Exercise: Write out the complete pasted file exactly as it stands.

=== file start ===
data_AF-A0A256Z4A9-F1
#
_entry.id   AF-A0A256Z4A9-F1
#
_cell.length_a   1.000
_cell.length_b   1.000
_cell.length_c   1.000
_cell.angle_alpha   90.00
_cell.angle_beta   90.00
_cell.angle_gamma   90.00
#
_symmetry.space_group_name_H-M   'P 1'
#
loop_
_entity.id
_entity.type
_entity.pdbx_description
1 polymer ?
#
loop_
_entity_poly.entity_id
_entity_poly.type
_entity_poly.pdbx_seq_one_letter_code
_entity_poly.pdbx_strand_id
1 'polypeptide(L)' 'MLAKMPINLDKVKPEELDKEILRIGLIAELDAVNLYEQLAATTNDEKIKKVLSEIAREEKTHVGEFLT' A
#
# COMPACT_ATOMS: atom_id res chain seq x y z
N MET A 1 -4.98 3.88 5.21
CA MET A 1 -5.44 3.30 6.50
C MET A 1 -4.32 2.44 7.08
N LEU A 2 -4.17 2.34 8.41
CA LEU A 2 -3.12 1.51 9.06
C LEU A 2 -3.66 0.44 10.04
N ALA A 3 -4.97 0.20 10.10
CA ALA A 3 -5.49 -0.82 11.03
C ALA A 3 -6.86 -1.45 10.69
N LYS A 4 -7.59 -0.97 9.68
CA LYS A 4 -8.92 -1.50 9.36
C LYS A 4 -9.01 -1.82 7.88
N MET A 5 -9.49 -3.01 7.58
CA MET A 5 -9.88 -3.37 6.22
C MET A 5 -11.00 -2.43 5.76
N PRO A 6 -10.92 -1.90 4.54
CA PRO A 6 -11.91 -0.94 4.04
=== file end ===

data_AF-A0A256Z4A9-F1
#
_entry.id   AF-A0A256Z4A9-F1
#
_cell.length_a   1.000
_cell.length_b   1.000
_cell.length_c   1.000
_cell.angle_alpha   90.00
_cell.angle_beta   90.00
_cell.angle_gamma   90.00
#
_symmetry.space_group_name_H-M   'P 1'
#
loop_
_entity.id
_entity.type
_entity.pdbx_description
1 polymer ?
#
loop_
_entity_poly.entity_id
_entity_poly.type
_entity_poly.pdbx_seq_one_letter_code
_entity_poly.pdbx_strand_id
1 'polypeptide(L)' 'MLAKMPINLDKVKPEELDKEILRIGLIAELDAVNLYEQLAATTNDEKIKKVLSEIAREEKTHVGEFLT' A
#
# COMPACT_ATOMS: atom_id res chain seq x y z
N MET A 1 -4.98 3.88 5.21
CA MET A 1 -5.44 3.30 6.50
C MET A 1 -4.32 2.44 7.08
N LEU A 2 -4.17 2.34 8.41
CA LEU A 2 -3.12 1.51 9.06
C LEU A 2 -3.66 0.44 10.04
N ALA A 3 -4.97 0.20 10.10
CA ALA A 3 -5.49 -0.82 11.03
C ALA A 3 -6.86 -1.45 10.69
N LYS A 4 -7.59 -0.97 9.68
CA LYS A 4 -8.92 -1.50 9.36
C LYS A 4 -9.01 -1.82 7.88
N MET A 5 -9.49 -3.01 7.58
CA MET A 5 -9.88 -3.37 6.22
C MET A 5 -11.00 -2.43 5.76
N PRO A 6 -10.92 -1.90 4.54
CA PRO A 6 -11.91 -0.94 4.04